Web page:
So you’ve seen kitchen islands and are ready to design your own. Great! Islands are a wonderful addition to a kitchen and add a lot of style to a home. But before you set out to build, make sure you don’t make these simple but costly mistakes.
Not building to your kitchen’s design
The design of the island itself is only part of what determines how effective it is. Another factor that’s just as important is the style of kitchen you have. Islands, being centrally located, work best in kitchens with only one or two walls. The open space allows for easier navigation around the island and the room itself. That doesn’t mean a four-walled kitchen can’t have an island, though. You’ll simply need to reduce the size of the island to ensure the room won’t feel too crowded.
Not designing around your chairs
Building your own kitchen island can be a great creative experience. But it can also leave you feeling foolish if, after you’ve constructed the island, installed the utilities, and have everything running smoothly, the chairs you have don’t allow for easy seating. Knowing what chairs you want to use beforehand and incorporating their height into your plans can save you a lot of frustration and embarrassment.
Mismatching your island’s looks with your kitchen
First and foremost, your island should serve a purpose. Whether it’s a place to eat, a place to prepare food, or both, function should always come first. But don’t allow that focus to distract you from making sure the island has visual appeal and complements the style of the kitchen. You want a smooth, consistent look to bring the whole room together.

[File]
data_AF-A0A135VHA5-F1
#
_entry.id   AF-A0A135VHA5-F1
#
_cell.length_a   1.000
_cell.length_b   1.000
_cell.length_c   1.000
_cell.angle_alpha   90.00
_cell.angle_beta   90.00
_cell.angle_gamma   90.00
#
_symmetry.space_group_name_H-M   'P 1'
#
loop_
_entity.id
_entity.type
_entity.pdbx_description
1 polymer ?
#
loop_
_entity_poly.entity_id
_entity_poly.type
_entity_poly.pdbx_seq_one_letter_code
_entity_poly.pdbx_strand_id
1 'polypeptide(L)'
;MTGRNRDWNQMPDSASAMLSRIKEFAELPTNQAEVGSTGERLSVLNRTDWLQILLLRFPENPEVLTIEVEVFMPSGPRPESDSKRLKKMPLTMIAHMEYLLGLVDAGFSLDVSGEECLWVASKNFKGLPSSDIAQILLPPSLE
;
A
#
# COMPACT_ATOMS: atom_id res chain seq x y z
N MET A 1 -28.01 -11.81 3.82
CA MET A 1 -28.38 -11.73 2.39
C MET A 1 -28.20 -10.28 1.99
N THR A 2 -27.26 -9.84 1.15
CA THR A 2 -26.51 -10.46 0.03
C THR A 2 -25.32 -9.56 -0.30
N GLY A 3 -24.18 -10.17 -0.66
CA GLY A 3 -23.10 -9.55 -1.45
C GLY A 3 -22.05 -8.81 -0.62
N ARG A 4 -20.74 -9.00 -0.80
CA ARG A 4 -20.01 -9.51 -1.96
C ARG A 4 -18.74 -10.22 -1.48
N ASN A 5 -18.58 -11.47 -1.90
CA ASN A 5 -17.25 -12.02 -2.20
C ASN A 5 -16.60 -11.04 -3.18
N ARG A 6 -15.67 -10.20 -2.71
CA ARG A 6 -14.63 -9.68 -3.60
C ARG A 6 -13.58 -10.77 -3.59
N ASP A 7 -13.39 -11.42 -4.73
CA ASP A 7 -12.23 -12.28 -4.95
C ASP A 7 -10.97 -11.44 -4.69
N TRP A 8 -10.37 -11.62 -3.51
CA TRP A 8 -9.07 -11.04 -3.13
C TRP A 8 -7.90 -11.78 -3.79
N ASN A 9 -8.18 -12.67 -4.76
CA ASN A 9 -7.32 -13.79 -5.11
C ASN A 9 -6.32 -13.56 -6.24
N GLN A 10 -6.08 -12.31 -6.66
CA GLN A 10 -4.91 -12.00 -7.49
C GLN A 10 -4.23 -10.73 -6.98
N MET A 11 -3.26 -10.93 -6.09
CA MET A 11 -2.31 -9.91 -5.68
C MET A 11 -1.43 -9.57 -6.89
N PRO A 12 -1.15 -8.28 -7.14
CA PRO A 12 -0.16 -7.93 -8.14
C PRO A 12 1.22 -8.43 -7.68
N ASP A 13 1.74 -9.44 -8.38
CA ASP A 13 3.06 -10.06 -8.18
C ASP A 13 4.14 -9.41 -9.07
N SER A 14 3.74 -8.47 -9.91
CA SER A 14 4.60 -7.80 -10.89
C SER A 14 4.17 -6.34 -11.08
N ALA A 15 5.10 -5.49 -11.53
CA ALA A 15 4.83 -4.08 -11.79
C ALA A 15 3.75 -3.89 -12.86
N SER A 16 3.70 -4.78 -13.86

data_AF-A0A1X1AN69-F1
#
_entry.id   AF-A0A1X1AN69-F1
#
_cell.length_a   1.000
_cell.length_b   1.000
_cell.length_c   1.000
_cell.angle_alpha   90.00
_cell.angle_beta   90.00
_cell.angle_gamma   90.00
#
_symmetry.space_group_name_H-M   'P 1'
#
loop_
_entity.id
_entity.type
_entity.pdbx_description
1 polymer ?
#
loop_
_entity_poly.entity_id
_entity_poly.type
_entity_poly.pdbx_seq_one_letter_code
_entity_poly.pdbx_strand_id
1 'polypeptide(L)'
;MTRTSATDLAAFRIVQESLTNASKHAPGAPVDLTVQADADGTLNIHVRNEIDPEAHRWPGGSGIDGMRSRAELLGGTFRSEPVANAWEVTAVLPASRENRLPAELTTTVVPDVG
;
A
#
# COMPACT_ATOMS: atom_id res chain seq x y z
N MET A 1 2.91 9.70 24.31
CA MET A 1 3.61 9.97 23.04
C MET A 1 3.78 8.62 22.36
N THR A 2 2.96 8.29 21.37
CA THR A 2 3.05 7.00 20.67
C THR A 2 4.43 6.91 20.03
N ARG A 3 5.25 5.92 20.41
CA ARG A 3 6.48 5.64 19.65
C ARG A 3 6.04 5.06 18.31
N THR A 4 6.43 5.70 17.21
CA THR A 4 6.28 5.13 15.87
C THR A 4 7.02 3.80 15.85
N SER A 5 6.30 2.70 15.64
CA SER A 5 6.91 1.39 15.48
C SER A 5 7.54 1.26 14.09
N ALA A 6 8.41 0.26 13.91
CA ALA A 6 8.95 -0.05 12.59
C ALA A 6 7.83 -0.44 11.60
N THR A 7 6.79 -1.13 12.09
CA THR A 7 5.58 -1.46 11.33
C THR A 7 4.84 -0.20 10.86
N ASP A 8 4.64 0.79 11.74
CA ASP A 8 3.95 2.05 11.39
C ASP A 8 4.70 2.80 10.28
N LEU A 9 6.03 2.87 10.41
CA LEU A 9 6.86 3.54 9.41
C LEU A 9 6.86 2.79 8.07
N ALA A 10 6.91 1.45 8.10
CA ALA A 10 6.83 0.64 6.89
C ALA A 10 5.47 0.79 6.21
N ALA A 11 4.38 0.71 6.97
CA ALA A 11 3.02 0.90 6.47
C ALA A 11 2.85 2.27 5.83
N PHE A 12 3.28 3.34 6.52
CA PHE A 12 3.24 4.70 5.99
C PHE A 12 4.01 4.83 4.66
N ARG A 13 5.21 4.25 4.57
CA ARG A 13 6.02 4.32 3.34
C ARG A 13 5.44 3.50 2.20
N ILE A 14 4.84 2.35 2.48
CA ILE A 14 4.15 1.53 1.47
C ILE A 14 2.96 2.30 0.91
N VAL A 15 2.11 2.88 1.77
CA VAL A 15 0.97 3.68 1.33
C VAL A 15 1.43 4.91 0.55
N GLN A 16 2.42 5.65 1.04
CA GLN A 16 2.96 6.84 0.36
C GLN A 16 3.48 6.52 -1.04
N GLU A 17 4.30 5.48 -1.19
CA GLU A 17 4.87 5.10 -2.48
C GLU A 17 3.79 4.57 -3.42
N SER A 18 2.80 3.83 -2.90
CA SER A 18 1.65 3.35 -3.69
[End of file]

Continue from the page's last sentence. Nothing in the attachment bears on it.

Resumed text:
Wheels without locks
Though not common, some prefer smaller kitchen islands with wheels so they can easily be pushed to other areas of a kitchen, perhaps to extend a countertop or to simply get it out of the way during a social function. One major weakness of this style lies in the wheels themselves. If the wheels and the weight of the island make it too easy to move around, it could bump into things when you move it around. If you want to use wheels on your kitchen island, use casters that come with locking mechanisms to help keep the unit in place.
Your choice in lighting depends on what you want to use your island for. If you aren’t picky, your current kitchen lighting is probably sufficient for cooking and eating. Additional lighting, however, will make for a safe cooking environment. You can work dimmer switches into your plan if you want to adjust the amount of light you need as you cook and when you eat.
An effective kitchen island design requires careful planning. Knowing what you want to use it for and how it complements the room are key to the process. It may take longer, but the extra preparation will ensure you get the most effective use out of your design.